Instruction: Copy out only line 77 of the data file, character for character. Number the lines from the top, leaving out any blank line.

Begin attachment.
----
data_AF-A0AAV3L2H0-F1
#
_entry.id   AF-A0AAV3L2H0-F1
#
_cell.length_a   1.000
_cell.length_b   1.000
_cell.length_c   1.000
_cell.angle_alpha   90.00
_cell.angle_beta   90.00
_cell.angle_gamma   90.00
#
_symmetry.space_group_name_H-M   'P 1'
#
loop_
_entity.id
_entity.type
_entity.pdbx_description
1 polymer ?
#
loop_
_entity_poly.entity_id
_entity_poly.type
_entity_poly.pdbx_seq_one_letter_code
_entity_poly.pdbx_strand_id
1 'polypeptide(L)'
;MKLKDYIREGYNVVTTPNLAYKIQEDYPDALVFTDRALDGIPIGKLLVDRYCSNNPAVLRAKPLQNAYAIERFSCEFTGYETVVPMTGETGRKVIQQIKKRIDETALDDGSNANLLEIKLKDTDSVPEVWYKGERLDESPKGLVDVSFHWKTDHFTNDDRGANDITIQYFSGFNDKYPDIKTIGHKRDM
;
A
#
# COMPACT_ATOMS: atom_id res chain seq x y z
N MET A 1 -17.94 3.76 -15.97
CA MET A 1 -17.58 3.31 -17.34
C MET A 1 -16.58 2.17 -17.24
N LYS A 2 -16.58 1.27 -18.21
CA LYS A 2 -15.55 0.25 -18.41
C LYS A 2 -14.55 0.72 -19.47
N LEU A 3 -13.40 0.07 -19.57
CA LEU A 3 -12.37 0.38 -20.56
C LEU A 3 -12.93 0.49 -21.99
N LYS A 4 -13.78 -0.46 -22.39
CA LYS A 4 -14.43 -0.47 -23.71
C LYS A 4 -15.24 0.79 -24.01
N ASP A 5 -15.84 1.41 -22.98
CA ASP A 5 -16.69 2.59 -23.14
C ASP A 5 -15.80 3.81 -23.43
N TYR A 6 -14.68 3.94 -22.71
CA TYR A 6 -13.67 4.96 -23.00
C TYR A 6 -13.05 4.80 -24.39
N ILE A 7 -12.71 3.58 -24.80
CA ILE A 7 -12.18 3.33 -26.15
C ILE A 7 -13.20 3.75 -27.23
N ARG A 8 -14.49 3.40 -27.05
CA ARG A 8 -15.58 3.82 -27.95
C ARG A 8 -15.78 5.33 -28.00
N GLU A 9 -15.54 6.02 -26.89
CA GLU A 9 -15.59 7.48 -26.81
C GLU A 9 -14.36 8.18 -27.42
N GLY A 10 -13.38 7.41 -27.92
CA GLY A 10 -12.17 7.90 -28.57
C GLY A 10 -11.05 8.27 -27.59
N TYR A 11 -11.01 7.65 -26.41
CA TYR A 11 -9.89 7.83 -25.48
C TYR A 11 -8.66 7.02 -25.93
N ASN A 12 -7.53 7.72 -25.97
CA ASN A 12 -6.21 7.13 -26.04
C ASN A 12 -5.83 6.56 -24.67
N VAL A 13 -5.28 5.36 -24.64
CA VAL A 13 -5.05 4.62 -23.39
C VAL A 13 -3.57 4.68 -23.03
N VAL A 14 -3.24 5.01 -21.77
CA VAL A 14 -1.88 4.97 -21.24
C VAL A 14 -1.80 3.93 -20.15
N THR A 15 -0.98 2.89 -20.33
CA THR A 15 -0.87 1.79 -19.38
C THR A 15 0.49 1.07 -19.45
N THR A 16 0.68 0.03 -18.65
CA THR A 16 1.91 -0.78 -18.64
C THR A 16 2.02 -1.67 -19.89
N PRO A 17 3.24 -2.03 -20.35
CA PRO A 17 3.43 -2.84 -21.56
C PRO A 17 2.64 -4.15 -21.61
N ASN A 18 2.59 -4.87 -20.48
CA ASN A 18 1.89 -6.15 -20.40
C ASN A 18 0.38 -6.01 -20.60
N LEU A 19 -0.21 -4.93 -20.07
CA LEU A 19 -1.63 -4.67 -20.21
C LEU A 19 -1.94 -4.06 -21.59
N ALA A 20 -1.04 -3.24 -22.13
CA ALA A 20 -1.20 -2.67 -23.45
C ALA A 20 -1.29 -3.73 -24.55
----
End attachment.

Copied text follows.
CA THR A 16 1.91 -0.78 -18.64